Now, there’s no need to close shops during prayer times in Saudi Arabia


Riyadh – From now on, shops and businesses in Saudi Arabia can stay open during prayer times, according to a circular issued by the Council of Saudi Chambers on Thursday.

Earlier, it was mandatory to keep all the shops closed for at least 30 minutes during the five Muslim prayer times. Hence, the latest decision has formally ended the decades-old law. Moreover, the shops and malls were getting over-crowded with the long waiting lines and queues, which posed a great risk of spread of coronavirus. The decision also includes preventive measures to maintain the health of shoppers and the business owners.

“To prevent crowding, gatherings, long waiting under preventive measures to fight coronavirus and to maintain the health of shoppers, we urge shop owners and businesses to remain open through all working hours, including prayer times”, Okaz newsagency quoted a circular by the official business federation.

The federation also added that the decision was taken after proper discussion with the relevant authorities, whilst keeping the necessary conditions to allow the businesses to operate during the prayer times.

One of the conditions is to keep the workers on the rotational basis, so that it won’t impede workers, shoppers and customers from performing the prayers on time.

Shariah Debate: Whether to keep the shops closed during prayers or not?

There has been debate in the Saudi society whether the commercial businesses should be closed during the prayer times or not. Those who supported the law argued that prayers are significant part of a Muslim’s life, so in order to emphasize its importance, the law is required.

However, those who opposed it have said that there is no basis in Islamic Shariah to keep the shops closed during the prayers, as people would face emergency situations like the cars would run out of gas, or someone may need medicines.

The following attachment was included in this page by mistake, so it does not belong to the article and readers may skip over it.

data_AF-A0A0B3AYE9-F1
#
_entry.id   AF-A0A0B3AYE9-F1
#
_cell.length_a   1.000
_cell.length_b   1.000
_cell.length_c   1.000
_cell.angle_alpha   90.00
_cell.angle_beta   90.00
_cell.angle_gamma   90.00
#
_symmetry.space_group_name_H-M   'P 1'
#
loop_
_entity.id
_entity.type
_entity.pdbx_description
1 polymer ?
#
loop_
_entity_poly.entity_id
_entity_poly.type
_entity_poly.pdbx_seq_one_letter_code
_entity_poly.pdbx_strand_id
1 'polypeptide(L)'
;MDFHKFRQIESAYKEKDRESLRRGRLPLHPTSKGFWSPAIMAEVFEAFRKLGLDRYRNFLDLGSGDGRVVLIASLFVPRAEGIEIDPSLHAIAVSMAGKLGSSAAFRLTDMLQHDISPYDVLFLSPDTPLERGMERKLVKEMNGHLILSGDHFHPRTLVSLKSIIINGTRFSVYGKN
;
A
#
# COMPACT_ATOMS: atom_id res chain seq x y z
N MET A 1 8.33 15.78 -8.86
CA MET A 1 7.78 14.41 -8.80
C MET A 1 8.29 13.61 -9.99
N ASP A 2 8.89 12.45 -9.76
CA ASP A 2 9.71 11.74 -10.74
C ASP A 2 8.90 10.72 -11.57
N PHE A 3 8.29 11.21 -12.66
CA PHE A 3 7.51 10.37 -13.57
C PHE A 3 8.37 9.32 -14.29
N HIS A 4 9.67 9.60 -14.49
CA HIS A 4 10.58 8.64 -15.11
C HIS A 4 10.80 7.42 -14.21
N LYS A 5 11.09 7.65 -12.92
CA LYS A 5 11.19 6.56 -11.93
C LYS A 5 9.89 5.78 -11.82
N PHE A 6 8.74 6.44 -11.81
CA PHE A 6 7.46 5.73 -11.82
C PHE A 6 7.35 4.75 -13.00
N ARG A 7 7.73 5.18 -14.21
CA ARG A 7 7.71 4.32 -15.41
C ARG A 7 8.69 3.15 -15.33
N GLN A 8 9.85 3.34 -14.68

Former Director of the Committee for the Promotion of Virtue and the Prevention of Vice (CPVPV) Shaykh Ahmad Al-Ghamdi said that, in 1987, the executive regulations of the CPVPV were issued by the General President of the Commission that would empower the religious police to urge people to attend the call for prayers, and to make sure that the sales should not take place during the prayer times.

Shaykh Al-Ghamdi said, that the law was meant to be applicable to only the Friday prayers, however, most of the members of the commission opted to apply it to all prayers of the day.

In January 2020, Makkah newspaper quoted Dr. Issa Al-Ghaith who is a member of the Saudi Arabia’s Shoura Council and the King Abdul Aziz Center for National Dialogue, where he argued that closing of the shops and businesses during the prayer times has no religious or legal basis.

“There is no legal base for closing shops for prayer after amending the bylaws of the authority, noting that forcing shops to close their doors and people to pray right at the beginning of prayer time, and to do this in a mosque, stands no ground neither in Shariah nor in law”, Dr. Al-Gaith said. “It is rather a breach of both of them, and an infringement on people’s religious rights (right of Ijtihad and freedom to follow a reference) and worldly rights (freedom of movement, shopping, benefitting of services round the clock without being forced to abide by judicial matters subject to conflict and differences).”

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